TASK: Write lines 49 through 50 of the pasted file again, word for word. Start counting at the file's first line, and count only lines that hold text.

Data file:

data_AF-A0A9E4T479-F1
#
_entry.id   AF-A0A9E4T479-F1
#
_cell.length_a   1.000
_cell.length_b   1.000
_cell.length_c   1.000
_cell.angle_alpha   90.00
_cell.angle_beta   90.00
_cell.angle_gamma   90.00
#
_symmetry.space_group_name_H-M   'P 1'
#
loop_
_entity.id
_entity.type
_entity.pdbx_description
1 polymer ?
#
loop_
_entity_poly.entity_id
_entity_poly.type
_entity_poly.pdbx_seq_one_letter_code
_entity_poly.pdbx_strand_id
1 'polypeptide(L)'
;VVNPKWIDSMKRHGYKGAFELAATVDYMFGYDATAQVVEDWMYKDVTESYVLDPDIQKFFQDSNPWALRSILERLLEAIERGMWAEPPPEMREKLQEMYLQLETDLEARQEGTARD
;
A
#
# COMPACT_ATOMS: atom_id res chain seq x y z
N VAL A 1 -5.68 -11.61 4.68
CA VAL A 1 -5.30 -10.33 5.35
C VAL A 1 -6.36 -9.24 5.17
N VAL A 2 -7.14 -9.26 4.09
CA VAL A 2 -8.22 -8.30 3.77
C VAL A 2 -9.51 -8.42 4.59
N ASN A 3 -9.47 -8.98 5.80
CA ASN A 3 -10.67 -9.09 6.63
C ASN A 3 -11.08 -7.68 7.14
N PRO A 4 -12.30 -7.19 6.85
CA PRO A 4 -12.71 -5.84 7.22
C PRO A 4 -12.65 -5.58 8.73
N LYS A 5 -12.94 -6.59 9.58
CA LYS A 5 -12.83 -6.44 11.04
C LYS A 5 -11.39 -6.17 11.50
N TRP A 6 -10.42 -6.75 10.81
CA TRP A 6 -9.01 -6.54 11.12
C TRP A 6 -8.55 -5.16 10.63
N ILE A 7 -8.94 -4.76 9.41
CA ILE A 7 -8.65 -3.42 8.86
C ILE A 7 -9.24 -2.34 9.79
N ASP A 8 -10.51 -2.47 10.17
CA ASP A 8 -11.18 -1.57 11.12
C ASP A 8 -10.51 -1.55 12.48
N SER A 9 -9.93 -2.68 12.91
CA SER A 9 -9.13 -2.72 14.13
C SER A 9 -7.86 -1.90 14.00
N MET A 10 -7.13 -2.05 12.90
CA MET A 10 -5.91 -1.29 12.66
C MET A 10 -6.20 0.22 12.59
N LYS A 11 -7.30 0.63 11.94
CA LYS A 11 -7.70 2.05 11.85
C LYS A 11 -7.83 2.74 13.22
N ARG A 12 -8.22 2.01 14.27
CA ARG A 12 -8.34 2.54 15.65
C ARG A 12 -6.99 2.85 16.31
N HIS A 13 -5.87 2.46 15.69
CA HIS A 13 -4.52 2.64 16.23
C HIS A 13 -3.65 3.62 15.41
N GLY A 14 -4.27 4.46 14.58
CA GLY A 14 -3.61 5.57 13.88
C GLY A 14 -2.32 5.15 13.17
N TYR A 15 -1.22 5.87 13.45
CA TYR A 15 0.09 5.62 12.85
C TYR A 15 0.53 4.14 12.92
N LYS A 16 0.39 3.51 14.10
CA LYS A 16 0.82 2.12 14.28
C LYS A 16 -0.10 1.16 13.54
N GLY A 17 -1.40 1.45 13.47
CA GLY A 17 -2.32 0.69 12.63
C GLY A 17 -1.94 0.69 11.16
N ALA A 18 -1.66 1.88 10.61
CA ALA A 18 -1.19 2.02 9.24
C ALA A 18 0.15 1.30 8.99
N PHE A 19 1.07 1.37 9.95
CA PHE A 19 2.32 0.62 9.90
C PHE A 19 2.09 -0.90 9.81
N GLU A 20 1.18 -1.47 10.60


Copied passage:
N ILE A 7 -8.94 -4.76 9.41
CA ILE A 7 -8.65 -3.42 8.86